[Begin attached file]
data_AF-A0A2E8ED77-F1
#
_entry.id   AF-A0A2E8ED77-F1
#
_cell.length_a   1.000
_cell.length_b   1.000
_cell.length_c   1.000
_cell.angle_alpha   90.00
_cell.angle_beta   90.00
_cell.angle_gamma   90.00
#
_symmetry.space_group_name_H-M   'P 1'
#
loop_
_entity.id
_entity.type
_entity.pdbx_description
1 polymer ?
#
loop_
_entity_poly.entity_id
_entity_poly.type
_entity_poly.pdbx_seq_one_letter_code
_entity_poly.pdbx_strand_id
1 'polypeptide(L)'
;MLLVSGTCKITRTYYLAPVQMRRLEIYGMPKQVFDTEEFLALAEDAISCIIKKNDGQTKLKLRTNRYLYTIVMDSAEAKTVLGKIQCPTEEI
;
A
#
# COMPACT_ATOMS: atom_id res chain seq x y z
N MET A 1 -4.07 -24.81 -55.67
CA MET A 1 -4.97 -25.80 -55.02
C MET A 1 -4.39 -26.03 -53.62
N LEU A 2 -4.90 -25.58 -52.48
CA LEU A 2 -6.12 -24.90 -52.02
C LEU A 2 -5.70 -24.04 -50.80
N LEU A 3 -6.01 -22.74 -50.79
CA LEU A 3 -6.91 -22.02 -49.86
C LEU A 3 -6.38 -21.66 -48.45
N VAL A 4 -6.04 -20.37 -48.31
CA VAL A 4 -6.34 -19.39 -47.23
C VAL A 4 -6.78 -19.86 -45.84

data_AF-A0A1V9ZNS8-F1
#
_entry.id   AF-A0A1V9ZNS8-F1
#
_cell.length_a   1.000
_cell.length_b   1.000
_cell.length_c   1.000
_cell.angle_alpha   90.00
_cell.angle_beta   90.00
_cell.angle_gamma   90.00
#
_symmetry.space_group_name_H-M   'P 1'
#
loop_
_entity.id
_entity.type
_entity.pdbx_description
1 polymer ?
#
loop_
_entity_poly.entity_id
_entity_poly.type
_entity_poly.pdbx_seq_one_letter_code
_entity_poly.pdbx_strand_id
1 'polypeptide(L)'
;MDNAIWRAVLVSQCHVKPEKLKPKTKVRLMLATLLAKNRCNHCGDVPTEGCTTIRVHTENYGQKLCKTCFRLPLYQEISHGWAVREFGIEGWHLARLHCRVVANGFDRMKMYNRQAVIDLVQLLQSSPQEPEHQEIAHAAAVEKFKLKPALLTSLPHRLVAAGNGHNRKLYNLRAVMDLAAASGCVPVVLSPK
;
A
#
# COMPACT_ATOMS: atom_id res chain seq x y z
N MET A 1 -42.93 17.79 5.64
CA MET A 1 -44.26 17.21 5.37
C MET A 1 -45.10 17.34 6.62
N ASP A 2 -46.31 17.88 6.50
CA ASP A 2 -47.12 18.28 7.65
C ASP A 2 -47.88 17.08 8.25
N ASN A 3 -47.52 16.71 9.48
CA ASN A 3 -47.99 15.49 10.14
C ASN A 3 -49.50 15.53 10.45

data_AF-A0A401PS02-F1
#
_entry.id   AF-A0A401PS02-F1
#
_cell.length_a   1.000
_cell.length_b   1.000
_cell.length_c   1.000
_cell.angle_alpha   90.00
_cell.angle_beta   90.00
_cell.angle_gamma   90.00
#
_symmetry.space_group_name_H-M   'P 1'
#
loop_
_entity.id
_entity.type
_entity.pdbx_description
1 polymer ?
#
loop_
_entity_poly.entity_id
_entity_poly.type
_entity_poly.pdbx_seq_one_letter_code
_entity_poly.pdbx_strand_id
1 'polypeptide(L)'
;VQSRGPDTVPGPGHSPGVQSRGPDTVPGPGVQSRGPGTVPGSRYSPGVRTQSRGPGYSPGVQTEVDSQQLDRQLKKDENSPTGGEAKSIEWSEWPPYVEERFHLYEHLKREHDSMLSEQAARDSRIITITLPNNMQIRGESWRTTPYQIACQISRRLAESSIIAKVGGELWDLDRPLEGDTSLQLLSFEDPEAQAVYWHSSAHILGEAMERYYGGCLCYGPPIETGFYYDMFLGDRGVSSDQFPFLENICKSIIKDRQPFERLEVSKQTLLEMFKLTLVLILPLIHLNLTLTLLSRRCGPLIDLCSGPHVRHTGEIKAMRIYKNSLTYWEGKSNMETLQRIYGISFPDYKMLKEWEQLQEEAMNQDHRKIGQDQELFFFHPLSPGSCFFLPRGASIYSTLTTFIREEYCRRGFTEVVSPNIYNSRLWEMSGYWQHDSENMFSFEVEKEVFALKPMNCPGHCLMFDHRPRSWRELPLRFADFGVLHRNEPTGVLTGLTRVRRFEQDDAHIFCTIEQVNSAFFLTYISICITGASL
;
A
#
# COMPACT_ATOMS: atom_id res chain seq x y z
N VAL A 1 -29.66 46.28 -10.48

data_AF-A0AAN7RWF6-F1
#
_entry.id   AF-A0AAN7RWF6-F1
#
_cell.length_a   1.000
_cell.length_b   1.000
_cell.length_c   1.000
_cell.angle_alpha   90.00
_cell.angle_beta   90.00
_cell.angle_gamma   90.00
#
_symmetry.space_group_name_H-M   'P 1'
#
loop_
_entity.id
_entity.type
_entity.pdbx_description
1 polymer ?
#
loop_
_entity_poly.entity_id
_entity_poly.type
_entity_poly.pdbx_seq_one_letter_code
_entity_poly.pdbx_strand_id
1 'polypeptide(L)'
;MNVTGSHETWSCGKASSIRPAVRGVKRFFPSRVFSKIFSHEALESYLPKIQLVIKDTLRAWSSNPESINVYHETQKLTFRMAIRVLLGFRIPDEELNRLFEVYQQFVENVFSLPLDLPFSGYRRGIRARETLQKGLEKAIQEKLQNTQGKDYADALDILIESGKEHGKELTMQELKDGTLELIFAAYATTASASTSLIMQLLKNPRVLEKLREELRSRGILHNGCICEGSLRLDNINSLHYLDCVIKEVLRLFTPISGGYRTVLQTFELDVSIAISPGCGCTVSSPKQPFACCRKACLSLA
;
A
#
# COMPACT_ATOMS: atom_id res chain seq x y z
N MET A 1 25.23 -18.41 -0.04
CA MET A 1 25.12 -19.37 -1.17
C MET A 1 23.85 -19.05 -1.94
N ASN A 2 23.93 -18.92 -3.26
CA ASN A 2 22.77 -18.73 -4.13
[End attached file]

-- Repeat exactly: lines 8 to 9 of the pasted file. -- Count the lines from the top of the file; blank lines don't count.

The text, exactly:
_cell.angle_alpha   90.00
_cell.angle_beta   90.00